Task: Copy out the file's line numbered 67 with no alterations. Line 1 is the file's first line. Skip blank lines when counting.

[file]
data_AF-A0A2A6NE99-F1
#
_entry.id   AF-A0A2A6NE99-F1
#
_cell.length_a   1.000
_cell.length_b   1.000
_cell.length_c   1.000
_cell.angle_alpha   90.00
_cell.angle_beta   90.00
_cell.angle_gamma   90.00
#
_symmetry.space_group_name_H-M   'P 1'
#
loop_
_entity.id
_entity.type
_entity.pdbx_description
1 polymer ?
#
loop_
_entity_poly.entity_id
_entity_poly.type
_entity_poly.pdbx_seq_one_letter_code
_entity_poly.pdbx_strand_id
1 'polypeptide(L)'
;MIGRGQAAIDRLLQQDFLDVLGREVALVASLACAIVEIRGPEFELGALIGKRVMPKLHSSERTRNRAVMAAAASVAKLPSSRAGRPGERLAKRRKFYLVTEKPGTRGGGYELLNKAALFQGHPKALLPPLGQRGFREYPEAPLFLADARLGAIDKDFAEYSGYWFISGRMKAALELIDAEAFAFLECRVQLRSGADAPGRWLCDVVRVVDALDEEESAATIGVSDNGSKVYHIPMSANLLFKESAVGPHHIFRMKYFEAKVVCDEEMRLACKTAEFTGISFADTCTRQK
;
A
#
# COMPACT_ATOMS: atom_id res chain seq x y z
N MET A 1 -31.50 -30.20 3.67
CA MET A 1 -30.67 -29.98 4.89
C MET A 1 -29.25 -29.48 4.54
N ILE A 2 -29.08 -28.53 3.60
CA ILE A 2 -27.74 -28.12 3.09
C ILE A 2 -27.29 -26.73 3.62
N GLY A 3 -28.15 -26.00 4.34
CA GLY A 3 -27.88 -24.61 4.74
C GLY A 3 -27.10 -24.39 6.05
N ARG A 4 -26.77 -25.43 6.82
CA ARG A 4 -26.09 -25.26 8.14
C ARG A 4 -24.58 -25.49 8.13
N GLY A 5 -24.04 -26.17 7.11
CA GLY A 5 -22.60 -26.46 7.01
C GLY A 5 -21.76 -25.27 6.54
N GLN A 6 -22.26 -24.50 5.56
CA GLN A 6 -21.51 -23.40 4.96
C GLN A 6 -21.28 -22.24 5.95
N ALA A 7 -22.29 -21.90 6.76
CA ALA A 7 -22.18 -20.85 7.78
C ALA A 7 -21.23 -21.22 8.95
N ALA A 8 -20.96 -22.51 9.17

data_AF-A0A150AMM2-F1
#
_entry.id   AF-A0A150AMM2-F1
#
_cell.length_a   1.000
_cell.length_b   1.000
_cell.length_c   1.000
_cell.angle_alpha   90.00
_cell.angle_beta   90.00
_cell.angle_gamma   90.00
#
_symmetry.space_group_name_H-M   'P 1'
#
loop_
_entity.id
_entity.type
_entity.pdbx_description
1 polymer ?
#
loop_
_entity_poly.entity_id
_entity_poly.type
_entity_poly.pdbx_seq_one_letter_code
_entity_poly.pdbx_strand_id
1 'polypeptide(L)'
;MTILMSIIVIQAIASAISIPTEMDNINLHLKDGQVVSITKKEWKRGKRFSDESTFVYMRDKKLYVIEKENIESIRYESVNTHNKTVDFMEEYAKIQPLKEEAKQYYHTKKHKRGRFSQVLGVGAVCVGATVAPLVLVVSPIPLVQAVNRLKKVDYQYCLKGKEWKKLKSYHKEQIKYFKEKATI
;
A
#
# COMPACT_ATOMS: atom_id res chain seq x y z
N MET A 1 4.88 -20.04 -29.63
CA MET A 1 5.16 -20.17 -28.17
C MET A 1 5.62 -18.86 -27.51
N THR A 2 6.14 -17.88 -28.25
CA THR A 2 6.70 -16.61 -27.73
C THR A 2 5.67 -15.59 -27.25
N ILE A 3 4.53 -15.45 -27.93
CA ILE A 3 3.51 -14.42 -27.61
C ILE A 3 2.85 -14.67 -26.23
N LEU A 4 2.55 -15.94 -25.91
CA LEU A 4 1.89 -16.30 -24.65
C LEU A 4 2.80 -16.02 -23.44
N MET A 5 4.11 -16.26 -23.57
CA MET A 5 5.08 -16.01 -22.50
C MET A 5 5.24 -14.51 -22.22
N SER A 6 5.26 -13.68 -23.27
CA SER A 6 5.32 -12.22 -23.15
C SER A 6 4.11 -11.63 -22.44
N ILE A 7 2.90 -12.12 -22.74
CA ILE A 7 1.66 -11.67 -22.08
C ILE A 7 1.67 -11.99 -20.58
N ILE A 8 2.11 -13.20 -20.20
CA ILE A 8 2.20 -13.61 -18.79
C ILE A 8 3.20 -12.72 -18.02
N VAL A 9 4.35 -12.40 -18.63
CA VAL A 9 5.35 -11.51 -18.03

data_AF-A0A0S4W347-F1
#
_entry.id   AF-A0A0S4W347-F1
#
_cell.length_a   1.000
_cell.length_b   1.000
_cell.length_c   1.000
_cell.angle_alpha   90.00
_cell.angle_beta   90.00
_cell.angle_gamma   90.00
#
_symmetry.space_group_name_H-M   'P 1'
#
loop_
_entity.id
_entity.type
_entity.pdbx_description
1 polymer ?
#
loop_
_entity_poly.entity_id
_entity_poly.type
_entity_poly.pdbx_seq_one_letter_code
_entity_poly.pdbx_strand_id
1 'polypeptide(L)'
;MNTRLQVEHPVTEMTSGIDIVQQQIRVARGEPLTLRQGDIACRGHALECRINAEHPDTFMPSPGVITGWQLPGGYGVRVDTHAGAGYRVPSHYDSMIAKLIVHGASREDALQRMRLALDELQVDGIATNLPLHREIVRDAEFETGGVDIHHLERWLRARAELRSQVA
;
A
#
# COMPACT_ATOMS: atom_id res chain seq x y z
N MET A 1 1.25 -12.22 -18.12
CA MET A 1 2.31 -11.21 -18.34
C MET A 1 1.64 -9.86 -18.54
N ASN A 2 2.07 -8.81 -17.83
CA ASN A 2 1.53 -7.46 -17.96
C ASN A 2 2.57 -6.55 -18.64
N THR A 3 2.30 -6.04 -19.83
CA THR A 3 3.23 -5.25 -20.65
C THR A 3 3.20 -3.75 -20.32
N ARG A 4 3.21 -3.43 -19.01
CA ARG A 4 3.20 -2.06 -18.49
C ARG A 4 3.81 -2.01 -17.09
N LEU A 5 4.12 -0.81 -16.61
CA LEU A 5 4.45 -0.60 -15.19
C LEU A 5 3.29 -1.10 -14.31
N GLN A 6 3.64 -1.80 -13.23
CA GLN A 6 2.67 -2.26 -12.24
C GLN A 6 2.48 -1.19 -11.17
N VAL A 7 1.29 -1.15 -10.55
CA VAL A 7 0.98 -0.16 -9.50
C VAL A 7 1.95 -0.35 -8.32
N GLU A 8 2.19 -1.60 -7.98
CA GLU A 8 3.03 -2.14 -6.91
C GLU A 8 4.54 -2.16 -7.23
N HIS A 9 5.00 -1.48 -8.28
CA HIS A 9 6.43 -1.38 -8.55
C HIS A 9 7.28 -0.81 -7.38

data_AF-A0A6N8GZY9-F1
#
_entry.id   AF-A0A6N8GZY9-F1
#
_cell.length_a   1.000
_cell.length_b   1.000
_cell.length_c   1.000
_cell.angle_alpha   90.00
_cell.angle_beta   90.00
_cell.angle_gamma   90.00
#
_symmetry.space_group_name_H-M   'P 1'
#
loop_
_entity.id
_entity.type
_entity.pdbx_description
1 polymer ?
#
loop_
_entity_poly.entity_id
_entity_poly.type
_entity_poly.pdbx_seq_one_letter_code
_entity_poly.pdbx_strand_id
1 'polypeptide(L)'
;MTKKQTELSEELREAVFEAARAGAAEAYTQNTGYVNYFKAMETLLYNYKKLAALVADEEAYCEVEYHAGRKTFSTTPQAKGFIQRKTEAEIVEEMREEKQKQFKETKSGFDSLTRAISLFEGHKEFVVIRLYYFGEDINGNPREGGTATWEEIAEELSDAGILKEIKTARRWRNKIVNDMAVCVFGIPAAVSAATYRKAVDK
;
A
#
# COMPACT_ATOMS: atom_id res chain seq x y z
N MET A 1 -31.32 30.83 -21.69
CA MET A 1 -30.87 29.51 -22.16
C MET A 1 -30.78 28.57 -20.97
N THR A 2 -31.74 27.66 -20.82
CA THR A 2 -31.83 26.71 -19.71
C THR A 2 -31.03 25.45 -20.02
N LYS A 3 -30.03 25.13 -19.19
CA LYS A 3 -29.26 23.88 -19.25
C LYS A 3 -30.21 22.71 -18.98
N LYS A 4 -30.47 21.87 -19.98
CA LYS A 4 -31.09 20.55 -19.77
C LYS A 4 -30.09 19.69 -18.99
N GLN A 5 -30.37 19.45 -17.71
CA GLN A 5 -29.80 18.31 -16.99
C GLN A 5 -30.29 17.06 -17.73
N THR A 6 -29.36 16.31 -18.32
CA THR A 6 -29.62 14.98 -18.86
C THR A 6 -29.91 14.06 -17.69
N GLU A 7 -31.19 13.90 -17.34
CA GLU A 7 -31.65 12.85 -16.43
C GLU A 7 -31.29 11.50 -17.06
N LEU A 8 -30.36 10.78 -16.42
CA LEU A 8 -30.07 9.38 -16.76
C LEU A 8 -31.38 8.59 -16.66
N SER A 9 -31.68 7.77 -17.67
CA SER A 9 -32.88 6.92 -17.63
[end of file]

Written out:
_entity.id